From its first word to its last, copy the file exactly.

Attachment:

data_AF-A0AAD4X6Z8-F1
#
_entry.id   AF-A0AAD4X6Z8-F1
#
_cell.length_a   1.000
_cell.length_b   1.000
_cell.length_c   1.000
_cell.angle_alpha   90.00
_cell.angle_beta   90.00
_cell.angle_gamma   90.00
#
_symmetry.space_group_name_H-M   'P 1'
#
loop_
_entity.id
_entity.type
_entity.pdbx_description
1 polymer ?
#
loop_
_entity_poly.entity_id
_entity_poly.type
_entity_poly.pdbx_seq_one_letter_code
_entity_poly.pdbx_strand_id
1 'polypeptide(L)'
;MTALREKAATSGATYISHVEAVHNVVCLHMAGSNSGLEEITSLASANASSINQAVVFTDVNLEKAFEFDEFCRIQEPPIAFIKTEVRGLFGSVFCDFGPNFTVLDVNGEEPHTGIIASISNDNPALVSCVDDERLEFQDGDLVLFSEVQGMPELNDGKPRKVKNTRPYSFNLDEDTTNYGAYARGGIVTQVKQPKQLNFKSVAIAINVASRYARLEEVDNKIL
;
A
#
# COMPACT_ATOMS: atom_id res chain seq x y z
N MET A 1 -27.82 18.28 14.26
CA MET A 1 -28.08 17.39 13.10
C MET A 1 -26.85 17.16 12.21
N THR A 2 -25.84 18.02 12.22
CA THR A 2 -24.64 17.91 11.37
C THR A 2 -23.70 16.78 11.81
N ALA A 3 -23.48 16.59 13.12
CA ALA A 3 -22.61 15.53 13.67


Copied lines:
data_AF-A0AAD4X6Z8-F1
#
_entry.id   AF-A0AAD4X6Z8-F1
#
_cell.length_a   1.000
_cell.length_b   1.000
_cell.length_c   1.000
_cell.angle_alpha   90.00
_cell.angle_beta   90.00
_cell.angle_gamma   90.00
#
_symmetry.space_group_name_H-M   'P 1'
#
loop_
_entity.id
_entity.type
_entity.pdbx_description
1 polymer ?
#
loop_
_entity_poly.entity_id
_entity_poly.type
_entity_poly.pdbx_seq_one_letter_code
_entity_poly.pdbx_strand_id
1 'polypeptide(L)'
;MTALREKAATSGATYISHVEAVHNVVCLHMAGSNSGLEEITSLASANASSINQAVVFTDVNLEKAFEFDEFCRIQEPPIAFIKTEVRGLFGSVFCDFGPNFTVLDVNGEEPHTGIIASISNDNPALVSCVDDERLEFQDGDLVLFSEVQGMPELNDGKPRKVKNTRPYSFNLDEDTTNYGAYARGGIVTQVKQPKQLNFKSVAIAINVASRYARLEEVDNKIL
;
A
#
# COMPACT_ATOMS: atom_id res chain seq x y z
N MET A 1 -27.82 18.28 14.26
CA MET A 1 -28.08 17.39 13.10
C MET A 1 -26.85 17.16 12.21
N THR A 2 -25.84 18.02 12.22
CA THR A 2 -24.64 17.91 11.37
C THR A 2 -23.70 16.78 11.81
N ALA A 3 -23.48 16.59 13.12
CA ALA A 3 -22.61 15.53 13.67